Executive Orders


Over two years after Dr Ouko’s murder, on 26 April 1992, the British Sunday newspaper the Sunday Times, printed a story entitled ‘Moi watched Cabinet Minister’s Execution’. In it a George Luchiri Wajackoyah, a former Kenyan Special Branch Inspector, made several accusations about the murder of Dr. Ouko he said he had pieced together from telephone interceptions and Special Branch files.

Wajackoyah restated the Troon theories saying that on the journey back from Washington “Moi refused to travel to Nairobi on the same plane as his Foreign Minister”. 

Wajackoyah claimed that on the night of the murder Ouko had been collected from his Koru farm by Hezekiah Oyugi and Nicholas Biwott supported by ‘two other cars full of armed men’ and ‘driven 90 miles east to one of Moi’s homes’. He had then been ‘beaten senseless’ when Moi came out of the house and said “enough”. The plan had been to ‘teach Ouko a lesson’ not kill him but it went wrong.

According to Wajackoyah’s story Ouko was shot in front of President Moi by Biwott and his body dumped two days later at Got Alila Hill.

Oyugi dumped the body two days after the murder, ordered the corpse to be set on fire and phoned Biwott, “Don’t worry”, he said, “That bastard is already sorted out. We shall roast any finger raised on the matter”. Biwott, said Wajackoyah, then called Moi telling him: “The work is completed”. [WW123, Sunday Times, ‘Moi Watched Cabinet Minister’s Execution’, 26 April 1992]

The Wajackoyah story is often repeated in Kenya’s newspaper and was largely accepted by the 2005 Parliamentary Select Committee hearings. It is a colourful story made more believable by the addition of little details. And it is demonstrably, entirely untrue.

The ‘Washington row’ story has already been shown to be with out any evidential basis and without question there is overwhelming evidence, including press photographs and eye witness testimony that Ouko returned with President Moi on the same flights and landed with him at Jomo Kenyatta International Airport on the 4th February 1990.

As has been seen, witness testimony from the herdsboy Paul Shikuku and others that has never been challenged showed Dr Ouko’s burning body to have originally been found by about 1pm at Got Alila Hill on 13th February 1990. Ouko had last been seen alive at the around 3am. There was therefore a maximum of eleven hours for the events as Wajakoyah described to have taken place and probably no time at all (forensic evidence suggesting he had been dead for several hours when Shikuku found the body and 3am being the very earliest Ouko left his Koru home).

So there was no time for the Wajakoyah story to have taken place whether it was over three days, or even three hours.

The forensic evidence from 1990 also shows that Dr Ouko was almost certainly not ‘beaten senseless’, or thrown in the back of a van and his body kept for two days (although variations of this story too has run and run over the years). [TFR para 52]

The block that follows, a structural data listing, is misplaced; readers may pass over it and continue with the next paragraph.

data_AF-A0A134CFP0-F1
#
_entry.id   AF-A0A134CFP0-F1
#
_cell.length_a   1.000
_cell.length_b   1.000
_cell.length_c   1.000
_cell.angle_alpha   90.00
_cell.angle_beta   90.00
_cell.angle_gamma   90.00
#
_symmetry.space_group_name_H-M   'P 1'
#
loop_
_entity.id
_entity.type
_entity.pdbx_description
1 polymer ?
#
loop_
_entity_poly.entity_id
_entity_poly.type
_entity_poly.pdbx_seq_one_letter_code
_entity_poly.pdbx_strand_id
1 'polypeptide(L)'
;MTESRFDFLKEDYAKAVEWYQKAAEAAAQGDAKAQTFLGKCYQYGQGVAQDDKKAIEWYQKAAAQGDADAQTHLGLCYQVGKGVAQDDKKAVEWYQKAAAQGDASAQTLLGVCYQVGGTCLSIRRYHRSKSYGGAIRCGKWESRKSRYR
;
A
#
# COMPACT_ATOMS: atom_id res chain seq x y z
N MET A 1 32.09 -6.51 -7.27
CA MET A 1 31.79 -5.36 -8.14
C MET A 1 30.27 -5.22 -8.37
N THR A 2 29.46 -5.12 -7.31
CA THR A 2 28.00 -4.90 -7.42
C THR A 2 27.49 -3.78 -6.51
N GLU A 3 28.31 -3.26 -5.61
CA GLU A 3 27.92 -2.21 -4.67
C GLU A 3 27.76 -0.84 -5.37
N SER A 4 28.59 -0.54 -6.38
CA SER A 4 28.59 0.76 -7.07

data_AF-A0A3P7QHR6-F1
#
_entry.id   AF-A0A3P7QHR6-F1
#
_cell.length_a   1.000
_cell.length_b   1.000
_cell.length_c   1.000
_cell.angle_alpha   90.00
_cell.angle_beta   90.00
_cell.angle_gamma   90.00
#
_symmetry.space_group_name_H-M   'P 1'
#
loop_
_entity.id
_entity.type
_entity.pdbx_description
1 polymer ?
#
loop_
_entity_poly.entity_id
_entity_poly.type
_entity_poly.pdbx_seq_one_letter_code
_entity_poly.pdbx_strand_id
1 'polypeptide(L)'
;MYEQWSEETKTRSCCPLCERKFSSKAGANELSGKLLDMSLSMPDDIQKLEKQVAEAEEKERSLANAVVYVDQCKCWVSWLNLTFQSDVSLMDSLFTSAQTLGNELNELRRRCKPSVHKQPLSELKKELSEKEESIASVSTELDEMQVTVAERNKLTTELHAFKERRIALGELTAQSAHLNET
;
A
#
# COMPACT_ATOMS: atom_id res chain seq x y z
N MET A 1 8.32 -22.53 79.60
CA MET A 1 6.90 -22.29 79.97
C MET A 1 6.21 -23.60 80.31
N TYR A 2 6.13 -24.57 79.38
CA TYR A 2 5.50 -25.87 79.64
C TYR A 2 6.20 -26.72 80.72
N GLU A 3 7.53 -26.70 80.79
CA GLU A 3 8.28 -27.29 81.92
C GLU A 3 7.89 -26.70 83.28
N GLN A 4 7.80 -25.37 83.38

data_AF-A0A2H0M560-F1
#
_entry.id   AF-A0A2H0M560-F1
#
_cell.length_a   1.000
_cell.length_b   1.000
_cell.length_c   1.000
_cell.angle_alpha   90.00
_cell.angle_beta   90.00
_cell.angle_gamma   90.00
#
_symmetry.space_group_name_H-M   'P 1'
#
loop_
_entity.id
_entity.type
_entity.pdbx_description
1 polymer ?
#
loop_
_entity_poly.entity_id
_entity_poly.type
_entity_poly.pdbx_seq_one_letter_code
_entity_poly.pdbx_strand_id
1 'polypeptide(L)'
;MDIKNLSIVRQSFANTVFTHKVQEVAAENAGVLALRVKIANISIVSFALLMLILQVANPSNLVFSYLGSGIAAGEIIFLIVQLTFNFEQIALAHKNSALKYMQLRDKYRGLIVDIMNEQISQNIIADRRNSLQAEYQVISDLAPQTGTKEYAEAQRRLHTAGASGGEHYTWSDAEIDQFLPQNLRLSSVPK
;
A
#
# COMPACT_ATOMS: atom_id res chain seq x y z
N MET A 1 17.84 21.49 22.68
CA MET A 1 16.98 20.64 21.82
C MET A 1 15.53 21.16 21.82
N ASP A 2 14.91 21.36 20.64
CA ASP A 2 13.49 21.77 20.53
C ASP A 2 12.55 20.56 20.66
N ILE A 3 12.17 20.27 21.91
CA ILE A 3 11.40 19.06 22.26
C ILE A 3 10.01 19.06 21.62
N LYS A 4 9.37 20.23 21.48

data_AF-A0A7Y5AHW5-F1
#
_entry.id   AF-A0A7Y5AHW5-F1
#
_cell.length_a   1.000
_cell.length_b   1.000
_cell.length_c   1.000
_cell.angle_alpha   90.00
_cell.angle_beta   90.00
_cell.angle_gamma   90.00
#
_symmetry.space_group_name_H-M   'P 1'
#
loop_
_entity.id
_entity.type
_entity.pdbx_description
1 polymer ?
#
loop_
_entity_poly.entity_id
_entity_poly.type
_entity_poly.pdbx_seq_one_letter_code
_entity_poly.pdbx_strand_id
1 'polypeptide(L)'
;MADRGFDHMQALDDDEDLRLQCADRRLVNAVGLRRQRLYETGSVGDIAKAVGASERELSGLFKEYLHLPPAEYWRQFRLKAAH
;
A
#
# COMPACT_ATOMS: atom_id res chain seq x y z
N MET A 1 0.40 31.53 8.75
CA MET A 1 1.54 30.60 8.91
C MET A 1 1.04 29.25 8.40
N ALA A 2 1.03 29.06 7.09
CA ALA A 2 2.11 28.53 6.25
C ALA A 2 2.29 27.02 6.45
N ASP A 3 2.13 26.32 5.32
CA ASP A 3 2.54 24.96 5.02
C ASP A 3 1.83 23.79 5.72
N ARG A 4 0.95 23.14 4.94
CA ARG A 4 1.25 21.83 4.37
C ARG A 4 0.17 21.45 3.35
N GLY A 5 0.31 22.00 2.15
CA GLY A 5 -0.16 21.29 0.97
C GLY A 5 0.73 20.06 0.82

And Dr Iain West gave testimony during the trial of Jonah Anguka that:

“… though there was no sign of dragging of the body and the act of dumping the body at the scene where it was later found was neat and professional, the dry blood observed from the upper lip to the lower eye lid horizontally indicated that the deceased body was moved after being shot to death but before it (the blood) clotted and before being set on fire”. [WW124, extract from Judgement in the criminal case of Republic versus Jona Orao Anguka page 24]

In short, Ouko’s body was moved very shortly after he was shot and his body set on fire before the blood dried. He was not moved far, a few feet, and he was not left for two days after being shot.

Troon’s ‘Final Report’ stated there was no evidence other than that Dr Ouko was killed where his body was found.

Dr Ouko could not have been killed at State House or anywhere other than Got Alila Hill where his body was found.

And he was murdered on the morning of the 13th February 1990, probably between 3am and 6.30am, so all three-day, taken away and shot and then body dumped theories fall.


There are several problems with the ‘Moi had Ouko shot’ theories.

First, there is no evidence of motive. As we have seen the ‘Washington Trip’ theory, that there was a ‘row’, Ouko was banished, sacked and exiled, appears to have no basis in fact and can be proved to incorrect at just about every level.

There would also appear to be no other reason for Moi to want order Dr Ouko’s killing. He had consistently promoted Ouko, finally giving him one of the great offices of state – Minister of Foreign Affairs.

Leaving aside motive, President Moi was many things, some of them not savoury or pleasant but he wasn’t stupid. He knew the Byzantine politics of Kenya better than most. It is all but inconceivable that he would have been so foolish to have killed one of the leading Luo politicians in his regime and one of his most popular ministers. Both internally and externally at a time when momentum was growing for multi-party democracy in Kenya and international pressure was growing in its support, he would have known that it could have resulted in disaster for his rule.

And even if by some leap of imagination Moi is still in the frame for Ouko’s murder, would he have been so stupid as to be at or near the scene of the murder himself?

Which brings us back to the litmus test for all theories regarding Dr Ouko’s murder – we know that he was killed on the 13th February 1990 at the Got Alila Hill site. Moi could not have been there, Ouko could not have been at State house or anywhere else for that matter.

That Moi was involved in trying to direct in some ways the investigations into Dr Ouko’s murder there seems little doubt but the accusation that he was directly involved in the killing falls on the basis of a total ‘absence of evidence’.

Next Chapter: Nicholas Biwott